Battle of Cauvi's farm

The battle of Cauvi's farm occurred on December 24, 1702, during the War of the Camisards when Huguenot leader Jean Cavalier routed Alès' governor at Saint-Christol-lez-Alès.[1][2]

Battle of Cauvi's Farm
Part of the War of the Camisards
DateDecember 24, 1702 (320 years ago)
Location
Cauvi's farm, near Saint-Christol-lès-Alès
44°4′54.37″N 4°5′44.29″E / 44.0817694°N 4.0956361°E / 44.0817694; 4.0956361Coordinates: 44°4′54.37″N 4°5′44.29″E / 44.0817694°N 4.0956361°E / 44.0817694; 4.0956361
Result Camisard victory
Belligerents
 Kingdom of France Huguenot cross.svg Camisards
Strength
500 60
Battle of Cauvi's farm is located in Languedoc-Roussillon
Battle of Cauvi's farm
Location within Languedoc-Roussillon

BackgroundEdit

In July 1702, the Cévennes fell into civil war, as Protestant Huguenots called Camisards led an uprising against the regime of Louis XIV. On the night before December 24, Jean Cavalier and his soldiers burned a church in Saint-Privat-des-Vieux, in the northeast of Alès. That dawn, Cavalier's Camisards fled to a plain, hiding in the vicinity of a local farmer named Cauvi (alternatively spelled Cauvy). Cavalier arranged for a religious assembly that the region's Protestants could attend.[3]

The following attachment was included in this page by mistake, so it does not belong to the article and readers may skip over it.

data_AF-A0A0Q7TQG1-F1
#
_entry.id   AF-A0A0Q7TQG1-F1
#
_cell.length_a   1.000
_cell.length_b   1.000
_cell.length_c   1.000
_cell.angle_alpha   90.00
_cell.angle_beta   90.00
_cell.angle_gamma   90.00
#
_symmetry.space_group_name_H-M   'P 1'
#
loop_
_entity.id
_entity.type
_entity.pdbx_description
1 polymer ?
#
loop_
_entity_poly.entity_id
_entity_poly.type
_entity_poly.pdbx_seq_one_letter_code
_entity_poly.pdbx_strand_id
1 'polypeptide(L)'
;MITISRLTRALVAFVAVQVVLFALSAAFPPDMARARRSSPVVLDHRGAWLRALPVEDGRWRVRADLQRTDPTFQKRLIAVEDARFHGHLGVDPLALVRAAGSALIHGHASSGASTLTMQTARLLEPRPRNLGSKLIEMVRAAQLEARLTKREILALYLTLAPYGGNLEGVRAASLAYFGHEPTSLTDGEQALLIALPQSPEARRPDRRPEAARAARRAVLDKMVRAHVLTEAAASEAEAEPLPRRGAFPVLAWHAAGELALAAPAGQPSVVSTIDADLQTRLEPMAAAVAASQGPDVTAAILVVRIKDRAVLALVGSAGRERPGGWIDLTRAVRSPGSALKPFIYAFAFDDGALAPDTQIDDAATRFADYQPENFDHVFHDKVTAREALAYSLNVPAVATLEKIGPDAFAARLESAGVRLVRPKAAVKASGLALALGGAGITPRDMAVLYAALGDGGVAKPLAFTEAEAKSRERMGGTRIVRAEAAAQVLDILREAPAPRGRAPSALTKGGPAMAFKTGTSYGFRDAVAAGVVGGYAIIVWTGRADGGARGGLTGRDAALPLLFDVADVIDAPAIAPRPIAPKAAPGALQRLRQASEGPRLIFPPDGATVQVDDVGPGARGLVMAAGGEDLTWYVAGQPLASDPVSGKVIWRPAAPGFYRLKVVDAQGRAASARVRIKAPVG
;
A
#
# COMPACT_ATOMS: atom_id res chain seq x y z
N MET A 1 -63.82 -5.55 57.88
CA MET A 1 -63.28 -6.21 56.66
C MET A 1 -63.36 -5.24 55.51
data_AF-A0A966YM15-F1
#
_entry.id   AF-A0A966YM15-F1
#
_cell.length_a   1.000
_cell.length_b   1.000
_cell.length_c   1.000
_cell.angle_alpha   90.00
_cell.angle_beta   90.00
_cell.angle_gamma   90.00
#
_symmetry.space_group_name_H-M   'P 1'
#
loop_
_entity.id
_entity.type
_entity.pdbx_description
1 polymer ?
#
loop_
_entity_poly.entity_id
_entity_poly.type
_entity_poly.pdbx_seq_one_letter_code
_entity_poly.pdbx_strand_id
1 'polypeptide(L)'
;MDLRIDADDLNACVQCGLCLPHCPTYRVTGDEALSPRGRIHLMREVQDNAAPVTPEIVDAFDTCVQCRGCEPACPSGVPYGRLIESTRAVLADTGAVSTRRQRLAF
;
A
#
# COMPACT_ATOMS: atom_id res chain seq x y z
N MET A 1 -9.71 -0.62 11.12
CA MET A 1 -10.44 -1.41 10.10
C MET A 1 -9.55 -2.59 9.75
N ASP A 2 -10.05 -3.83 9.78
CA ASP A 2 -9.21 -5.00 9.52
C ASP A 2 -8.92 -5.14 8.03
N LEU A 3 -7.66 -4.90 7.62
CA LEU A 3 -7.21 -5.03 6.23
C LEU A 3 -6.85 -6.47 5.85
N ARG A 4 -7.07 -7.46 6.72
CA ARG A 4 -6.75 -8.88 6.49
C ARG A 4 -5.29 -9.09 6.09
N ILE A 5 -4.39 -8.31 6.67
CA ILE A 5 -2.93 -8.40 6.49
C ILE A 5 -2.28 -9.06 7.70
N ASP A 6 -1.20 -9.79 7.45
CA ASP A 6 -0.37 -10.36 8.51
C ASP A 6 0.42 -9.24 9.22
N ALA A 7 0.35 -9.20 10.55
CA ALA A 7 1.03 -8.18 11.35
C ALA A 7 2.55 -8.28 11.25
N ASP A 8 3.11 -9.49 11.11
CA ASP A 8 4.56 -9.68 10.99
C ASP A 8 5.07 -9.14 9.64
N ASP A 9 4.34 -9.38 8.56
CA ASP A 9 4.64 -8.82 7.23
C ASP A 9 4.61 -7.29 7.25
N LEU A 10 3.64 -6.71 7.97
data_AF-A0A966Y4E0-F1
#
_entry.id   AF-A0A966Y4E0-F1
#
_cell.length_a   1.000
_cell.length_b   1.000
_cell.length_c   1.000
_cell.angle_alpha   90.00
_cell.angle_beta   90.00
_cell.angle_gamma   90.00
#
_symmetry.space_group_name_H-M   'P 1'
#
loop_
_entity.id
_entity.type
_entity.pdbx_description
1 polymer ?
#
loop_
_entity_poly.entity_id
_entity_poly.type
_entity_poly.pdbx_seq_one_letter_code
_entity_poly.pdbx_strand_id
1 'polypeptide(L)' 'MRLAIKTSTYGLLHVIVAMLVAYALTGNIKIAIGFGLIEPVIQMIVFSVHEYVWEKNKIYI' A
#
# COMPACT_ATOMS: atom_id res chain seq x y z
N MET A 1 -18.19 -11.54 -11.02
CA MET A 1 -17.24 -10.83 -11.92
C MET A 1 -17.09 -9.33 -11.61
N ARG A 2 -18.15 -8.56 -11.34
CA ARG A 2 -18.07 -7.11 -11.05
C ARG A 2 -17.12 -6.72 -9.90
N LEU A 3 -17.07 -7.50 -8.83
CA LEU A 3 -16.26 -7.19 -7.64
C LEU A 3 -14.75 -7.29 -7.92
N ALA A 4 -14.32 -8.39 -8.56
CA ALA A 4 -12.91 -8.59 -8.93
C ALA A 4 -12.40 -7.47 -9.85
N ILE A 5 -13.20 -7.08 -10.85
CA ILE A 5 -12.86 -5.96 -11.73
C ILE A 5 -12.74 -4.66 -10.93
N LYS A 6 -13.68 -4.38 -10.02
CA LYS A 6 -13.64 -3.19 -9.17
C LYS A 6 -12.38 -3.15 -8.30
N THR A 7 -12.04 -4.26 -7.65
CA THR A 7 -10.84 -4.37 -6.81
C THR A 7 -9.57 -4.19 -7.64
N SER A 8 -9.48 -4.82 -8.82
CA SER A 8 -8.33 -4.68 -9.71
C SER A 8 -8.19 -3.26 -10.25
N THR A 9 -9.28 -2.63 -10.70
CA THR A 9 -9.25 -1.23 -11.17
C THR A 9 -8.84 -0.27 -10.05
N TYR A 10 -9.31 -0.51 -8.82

BattleEdit

After seeing Saint-Privat's church in flames, the governor of Alès, Monsieur d'Aiguines, Gouverneur d'Alès, realized that Cavalier was attacking his territory, assembling an army composed of local militias from the nobility and a unit of dragoons. As the 500-strong troop made its way through the 5 km-long path to Cauvi's farm, a group of around fifty soldiers decided to go fight.

Jean Cavalier, after being alerted of M. d'Aiguines advancing army, organized his soldiers, which had only sixty people in them. Assisted by captain Esperandieu, he sent his best shooters to hide behind a mound of earth. The remaining soldiers stood in the plain, in full sight of the soldiers.

The advancing cavalry decided to ignore d'Aguines orders, launching a charge against the Camisards, only to be gunned down by a wave of snipers. Among those killed by the gunfire were the governor's aide-de-camp and the cavalry commander's horse. The cavalrymen fled the scene, trampling over the infantry as they ran. d'Aiguines forces fled in disorder to the Château de Montmoirac.

AftermathEdit

The first major Camisard victory, it heavily motivated the Huguenots and gave them a sense of pride in the Camisard cause.[4] The next day Jean Cavalier was elected chief of the group.[citation needed]

The bodies of the people killed in the battle have been buried in the location close to where they died.[4]

Saint-Christol-lez-Alès has become a deeply important site for French Protestants due to the battle's symbolism.[5]

ReferencesEdit

  1. ^ Chabrol & Mauduy 2013
  2. ^ Universalis, Encyclopædia. "GUERRE DES CAMISARDS - repères chronologiques". Encyclopædia Universalis (in French). Retrieved 2022-02-07.
  3. ^ Chabrol & Vezon 2017.
  4. ^ a b "Saint-Christol-lez-Alès : le Mas Cauvy, lieu de mémoire". midilibre.fr (in French). Retrieved 2022-02-07.
  5. ^ "Saint-Christol-lez-Alès: Le Rouret, une entité". midilibre.fr (in French). Retrieved 2022-02-07.

BibliographyEdit